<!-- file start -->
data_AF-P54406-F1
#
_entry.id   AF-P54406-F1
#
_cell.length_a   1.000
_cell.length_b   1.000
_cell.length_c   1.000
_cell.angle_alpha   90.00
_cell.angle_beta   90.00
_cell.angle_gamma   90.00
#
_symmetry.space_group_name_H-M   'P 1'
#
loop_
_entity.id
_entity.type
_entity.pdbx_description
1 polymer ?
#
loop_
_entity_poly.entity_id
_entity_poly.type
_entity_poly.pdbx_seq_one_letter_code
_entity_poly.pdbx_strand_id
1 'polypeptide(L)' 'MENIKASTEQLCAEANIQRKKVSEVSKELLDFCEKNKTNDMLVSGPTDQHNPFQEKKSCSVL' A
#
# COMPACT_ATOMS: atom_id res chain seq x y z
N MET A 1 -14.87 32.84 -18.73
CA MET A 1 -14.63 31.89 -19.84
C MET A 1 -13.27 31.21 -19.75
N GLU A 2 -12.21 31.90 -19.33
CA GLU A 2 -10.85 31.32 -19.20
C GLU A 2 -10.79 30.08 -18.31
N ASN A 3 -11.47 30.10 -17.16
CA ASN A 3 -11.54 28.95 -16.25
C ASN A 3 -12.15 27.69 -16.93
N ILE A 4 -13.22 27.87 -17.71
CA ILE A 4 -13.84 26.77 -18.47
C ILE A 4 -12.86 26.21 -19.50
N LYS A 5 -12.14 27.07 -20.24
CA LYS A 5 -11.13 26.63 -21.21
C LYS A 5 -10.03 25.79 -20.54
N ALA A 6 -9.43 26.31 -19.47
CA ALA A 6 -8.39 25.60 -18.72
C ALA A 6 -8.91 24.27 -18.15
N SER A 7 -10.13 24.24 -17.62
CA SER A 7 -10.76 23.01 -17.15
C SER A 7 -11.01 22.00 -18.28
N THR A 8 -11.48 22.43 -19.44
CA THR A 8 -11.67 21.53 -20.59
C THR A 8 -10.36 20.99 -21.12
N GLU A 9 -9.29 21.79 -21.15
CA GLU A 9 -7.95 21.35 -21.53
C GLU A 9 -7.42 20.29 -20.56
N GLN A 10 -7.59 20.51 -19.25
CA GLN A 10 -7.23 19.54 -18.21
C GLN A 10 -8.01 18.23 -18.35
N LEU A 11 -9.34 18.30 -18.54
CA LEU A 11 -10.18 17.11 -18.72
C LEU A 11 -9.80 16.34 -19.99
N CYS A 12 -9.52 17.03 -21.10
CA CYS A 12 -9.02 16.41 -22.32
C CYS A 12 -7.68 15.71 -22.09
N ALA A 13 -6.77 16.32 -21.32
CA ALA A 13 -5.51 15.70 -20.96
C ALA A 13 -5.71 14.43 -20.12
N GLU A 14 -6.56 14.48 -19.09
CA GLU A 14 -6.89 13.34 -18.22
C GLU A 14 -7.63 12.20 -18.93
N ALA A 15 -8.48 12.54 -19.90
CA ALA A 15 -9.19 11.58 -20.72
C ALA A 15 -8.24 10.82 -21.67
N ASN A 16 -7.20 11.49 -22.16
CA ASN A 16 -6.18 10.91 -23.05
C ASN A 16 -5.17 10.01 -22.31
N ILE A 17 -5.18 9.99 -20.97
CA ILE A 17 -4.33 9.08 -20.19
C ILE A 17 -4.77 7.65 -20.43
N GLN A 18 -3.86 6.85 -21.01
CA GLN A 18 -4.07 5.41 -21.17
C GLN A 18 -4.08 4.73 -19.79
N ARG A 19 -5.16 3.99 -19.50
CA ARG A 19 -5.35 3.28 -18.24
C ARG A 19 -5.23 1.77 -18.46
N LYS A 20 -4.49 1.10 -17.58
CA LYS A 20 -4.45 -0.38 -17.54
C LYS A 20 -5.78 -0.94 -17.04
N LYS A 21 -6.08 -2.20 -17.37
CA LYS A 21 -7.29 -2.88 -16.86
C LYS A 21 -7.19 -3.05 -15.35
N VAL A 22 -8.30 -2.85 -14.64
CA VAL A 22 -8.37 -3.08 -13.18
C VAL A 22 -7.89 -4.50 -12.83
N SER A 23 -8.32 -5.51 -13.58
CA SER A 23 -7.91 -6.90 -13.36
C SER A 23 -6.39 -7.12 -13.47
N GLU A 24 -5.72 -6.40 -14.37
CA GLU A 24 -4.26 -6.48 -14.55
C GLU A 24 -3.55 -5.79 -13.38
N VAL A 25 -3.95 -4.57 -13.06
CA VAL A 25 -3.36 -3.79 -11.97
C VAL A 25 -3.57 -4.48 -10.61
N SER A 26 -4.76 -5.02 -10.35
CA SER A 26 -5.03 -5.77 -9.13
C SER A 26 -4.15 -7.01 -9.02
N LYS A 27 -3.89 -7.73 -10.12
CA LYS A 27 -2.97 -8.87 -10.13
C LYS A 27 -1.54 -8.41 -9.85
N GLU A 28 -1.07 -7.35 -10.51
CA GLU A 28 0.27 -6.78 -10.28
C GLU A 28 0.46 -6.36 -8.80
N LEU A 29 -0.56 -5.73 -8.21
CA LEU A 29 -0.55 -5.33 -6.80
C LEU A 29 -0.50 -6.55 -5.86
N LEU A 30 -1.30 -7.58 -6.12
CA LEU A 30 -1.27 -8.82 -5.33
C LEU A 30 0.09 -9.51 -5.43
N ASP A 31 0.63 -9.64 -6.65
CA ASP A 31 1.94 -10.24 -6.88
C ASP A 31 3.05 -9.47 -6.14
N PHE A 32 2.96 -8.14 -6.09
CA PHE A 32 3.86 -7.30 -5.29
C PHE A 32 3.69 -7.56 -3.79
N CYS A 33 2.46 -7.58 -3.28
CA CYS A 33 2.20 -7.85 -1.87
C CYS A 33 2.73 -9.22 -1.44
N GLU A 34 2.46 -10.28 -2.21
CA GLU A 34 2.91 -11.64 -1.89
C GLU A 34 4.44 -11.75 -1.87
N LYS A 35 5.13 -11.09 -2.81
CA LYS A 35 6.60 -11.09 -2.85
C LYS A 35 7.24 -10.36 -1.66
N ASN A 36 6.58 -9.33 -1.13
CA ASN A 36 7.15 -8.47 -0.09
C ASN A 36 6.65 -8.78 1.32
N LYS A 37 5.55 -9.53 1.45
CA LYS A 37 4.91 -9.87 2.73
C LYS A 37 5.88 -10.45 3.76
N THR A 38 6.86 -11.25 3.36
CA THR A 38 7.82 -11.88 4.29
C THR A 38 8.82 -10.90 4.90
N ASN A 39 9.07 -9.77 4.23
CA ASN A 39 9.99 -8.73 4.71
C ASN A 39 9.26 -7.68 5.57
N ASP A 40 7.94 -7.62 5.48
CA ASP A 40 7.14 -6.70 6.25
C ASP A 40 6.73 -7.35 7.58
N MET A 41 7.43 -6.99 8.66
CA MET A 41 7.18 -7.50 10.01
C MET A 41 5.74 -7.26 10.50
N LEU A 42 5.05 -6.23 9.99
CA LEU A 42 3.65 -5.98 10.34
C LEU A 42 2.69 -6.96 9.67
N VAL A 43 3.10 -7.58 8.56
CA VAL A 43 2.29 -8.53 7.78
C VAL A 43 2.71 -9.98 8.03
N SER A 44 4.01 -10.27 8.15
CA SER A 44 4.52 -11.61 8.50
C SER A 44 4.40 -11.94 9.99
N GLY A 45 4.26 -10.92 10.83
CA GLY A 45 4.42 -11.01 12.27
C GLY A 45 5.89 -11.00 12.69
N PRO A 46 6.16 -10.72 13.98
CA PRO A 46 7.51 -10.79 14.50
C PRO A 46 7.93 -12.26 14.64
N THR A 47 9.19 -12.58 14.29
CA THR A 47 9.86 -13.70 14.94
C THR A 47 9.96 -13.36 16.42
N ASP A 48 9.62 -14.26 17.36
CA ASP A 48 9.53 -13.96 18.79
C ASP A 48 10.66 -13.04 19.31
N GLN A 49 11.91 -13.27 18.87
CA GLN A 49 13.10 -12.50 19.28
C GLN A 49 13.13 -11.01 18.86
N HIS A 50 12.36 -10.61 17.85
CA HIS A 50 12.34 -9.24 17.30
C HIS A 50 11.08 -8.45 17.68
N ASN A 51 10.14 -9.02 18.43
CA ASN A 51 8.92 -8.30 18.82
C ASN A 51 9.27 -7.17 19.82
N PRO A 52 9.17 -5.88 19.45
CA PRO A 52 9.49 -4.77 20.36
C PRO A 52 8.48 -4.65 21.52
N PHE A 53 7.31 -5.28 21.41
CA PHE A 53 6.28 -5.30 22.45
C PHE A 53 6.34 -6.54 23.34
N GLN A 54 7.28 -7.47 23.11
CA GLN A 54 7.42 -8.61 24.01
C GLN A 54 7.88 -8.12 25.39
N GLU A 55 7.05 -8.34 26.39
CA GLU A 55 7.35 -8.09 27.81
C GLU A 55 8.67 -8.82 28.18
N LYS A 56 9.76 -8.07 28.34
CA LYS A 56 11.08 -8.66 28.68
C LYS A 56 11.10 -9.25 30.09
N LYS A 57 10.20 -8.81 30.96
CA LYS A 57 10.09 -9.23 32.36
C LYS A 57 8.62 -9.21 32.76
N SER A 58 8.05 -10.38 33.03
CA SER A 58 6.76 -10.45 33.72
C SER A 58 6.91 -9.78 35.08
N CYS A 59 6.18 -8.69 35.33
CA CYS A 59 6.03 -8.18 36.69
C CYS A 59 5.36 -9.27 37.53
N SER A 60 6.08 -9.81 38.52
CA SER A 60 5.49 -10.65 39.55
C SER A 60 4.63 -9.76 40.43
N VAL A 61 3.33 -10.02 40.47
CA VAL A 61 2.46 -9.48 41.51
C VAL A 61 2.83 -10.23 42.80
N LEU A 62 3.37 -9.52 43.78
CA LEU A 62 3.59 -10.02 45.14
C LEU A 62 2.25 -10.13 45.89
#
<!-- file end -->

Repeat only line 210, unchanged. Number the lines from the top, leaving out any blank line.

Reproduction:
C VAL A 61 2.83 -10.23 42.80